The La Jolla (Calif.) Cosmetic Surgery Center tries to keep interest up by posting not only information about procedures and treatment options but also personal stories of patients who agree to share them.

Other practices put their own spin on a mix of the professional and personal. For example, many ob-gyn practices post, with their patients' permission, pictures of newborns on their fan pages.

Alerting people to the site's existence also is key, experts said.

Dr. Lee has his Facebook fan page printed on his business cards, and there also is a link to it from the practice's Web site.

Once you start a Facebook fan page, you're not likely to be overwhelmed by new fans right away. But once you start promoting the page to patients, other physicians and people in your community, the pace of fans joining will accelerate.

When people join the site, their Facebook friends can see that they became a fan, and often the friends will join, too. Facebook also allows users to send invitations to friends to become fans. As an operator of a fan page, you can send invitations to people on Facebook to join your page.

While the number of fans is one measure of success, it shouldn't be the only one, experts say.

If there's good conversation, people are enjoying themselves, and the practice is disseminating useful information, it can be considered a success.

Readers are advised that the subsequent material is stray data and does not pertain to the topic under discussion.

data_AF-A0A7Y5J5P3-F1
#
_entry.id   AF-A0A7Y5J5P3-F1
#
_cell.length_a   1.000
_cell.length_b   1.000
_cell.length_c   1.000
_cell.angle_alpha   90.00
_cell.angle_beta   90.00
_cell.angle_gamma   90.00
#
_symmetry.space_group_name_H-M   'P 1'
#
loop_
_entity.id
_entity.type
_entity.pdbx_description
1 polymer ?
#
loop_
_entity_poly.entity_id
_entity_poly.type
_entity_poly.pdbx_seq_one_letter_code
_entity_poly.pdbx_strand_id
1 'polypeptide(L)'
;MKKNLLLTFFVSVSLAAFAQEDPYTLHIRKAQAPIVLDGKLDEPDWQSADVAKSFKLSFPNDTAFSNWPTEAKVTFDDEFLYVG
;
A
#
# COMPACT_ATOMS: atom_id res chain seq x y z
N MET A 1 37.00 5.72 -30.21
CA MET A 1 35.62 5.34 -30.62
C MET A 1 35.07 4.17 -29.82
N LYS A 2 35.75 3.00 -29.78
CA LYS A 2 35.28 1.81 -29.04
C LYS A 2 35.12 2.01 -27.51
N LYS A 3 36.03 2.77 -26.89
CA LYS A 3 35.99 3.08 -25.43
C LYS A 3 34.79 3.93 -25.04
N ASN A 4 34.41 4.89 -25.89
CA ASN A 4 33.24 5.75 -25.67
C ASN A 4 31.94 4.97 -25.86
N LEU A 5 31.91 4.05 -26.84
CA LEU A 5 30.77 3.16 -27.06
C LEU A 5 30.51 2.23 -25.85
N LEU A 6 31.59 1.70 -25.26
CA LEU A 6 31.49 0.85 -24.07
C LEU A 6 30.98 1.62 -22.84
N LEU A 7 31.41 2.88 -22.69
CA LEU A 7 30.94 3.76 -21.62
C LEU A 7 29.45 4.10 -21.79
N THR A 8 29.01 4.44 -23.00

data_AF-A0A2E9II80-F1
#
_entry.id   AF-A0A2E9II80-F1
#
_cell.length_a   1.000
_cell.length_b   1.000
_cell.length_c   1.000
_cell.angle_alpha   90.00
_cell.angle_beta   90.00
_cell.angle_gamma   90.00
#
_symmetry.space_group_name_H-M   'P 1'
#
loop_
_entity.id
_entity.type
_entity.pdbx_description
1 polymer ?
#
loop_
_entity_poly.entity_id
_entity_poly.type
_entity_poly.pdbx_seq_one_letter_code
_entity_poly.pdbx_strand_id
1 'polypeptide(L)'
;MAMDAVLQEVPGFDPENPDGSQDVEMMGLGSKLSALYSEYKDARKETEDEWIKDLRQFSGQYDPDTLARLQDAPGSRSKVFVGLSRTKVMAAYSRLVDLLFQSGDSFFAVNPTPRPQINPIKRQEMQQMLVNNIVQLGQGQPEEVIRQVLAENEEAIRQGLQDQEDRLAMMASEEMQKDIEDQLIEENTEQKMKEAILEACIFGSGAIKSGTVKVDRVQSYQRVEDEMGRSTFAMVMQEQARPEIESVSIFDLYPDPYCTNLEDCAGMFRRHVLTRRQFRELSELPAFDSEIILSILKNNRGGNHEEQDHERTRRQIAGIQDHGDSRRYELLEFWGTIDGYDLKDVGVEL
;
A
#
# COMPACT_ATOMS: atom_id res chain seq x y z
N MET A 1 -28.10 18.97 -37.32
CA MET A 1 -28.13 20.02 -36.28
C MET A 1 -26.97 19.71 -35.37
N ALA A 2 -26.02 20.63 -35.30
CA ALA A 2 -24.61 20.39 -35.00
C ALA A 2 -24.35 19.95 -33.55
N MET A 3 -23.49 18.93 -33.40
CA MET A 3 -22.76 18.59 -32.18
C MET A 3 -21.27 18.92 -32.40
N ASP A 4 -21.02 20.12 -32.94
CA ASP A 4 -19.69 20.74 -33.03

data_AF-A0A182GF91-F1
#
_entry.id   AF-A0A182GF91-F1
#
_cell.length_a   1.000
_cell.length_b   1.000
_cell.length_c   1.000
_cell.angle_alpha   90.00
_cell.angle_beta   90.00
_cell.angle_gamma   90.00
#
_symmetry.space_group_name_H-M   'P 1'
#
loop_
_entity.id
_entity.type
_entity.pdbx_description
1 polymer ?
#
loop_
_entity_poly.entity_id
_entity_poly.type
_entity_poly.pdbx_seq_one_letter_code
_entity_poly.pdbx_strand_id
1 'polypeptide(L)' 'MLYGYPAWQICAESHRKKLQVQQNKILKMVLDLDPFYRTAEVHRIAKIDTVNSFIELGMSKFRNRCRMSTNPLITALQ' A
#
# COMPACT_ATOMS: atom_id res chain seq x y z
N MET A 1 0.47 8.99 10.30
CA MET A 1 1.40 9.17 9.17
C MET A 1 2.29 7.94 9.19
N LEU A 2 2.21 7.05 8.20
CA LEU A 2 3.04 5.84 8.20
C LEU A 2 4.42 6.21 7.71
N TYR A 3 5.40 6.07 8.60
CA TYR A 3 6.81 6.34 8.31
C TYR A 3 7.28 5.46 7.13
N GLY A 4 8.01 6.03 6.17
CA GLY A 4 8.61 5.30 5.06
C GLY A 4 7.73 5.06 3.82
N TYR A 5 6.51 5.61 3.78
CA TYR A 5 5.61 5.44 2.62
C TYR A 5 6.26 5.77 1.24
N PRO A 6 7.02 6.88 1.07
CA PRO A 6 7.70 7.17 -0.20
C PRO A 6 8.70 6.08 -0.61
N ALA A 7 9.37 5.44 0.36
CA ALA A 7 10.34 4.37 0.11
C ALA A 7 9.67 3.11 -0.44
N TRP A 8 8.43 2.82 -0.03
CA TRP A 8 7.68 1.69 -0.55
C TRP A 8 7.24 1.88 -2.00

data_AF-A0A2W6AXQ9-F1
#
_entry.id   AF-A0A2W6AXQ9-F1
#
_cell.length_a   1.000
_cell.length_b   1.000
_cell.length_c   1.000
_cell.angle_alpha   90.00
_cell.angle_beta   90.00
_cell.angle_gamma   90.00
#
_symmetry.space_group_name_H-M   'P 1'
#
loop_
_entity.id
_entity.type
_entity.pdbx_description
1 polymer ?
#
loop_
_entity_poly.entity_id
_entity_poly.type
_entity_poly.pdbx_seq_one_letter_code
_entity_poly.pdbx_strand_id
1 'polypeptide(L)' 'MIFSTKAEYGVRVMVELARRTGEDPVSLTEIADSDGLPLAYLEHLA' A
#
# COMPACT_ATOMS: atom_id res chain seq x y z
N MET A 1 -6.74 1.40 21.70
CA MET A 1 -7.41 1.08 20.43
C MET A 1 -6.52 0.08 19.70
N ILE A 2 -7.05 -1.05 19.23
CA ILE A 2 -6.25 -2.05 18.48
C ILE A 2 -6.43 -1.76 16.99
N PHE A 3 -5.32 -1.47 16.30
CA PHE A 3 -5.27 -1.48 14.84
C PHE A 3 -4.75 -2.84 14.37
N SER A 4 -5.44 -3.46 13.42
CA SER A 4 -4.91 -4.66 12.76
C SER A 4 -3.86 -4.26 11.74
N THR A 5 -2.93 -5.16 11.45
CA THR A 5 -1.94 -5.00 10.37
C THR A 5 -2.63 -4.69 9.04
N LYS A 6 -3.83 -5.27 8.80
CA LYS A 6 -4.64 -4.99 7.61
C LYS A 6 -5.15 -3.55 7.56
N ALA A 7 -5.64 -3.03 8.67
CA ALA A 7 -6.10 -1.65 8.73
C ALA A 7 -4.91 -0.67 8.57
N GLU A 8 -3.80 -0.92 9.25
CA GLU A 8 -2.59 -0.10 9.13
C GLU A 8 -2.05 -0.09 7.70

And growing too big might not be good, either, Ramsey said. If you have 20,000 fans, it's going to be impossible to keep up with all of them.

Back to top

External links

Facebook fan page creation site (link)

American Medical Association Facebook fan page (link)

American Medical News Facebook fan page (link)

Orthopedic Foot and Ankle Facebook fan page (link)

La Jolla Cosmetic Surgery Center Facebook fan page (link)

Back to top



Read story

Confronting bias against obese patients

Medical educators are starting to raise awareness about how weight-related stigma can impair patient-physician communication and the treatment of obesity. Read story

Read story


American Medical News is ceasing publication after 55 years of serving physicians by keeping them informed of their rapidly changing profession. Read story

Read story

Policing medical practice employees after work

Doctors can try to regulate staff actions outside the office, but they must watch what they try to stamp out and how they do it. Read story

Read story

Diabetes prevention: Set on a course for lifestyle change

The YMCA's evidence-based program is helping prediabetic patients eat right, get active and lose weight. Read story

Read story

Medicaid's muddled preventive care picture

The health system reform law promises no-cost coverage of a lengthy list of screenings and other prevention services, but some beneficiaries still might miss out. Read story

Read story

How to get tax breaks for your medical practice

Federal, state and local governments offer doctors incentives because practices are recognized as economic engines. But physicians must know how and where to find them. Read story

Read story

Advance pay ACOs: A down payment on Medicare's future

Accountable care organizations that pay doctors up-front bring practice improvements, but it's unclear yet if program actuaries will see a return on investment. Read story

Read story

Physician liability: Your team, your legal risk

When health care team members drop the ball, it's often doctors who end up in court. How can physicians improve such care and avoid risks? Read story

  • Stay informed
  • Twitter
  • Facebook
  • RSS
  • LinkedIn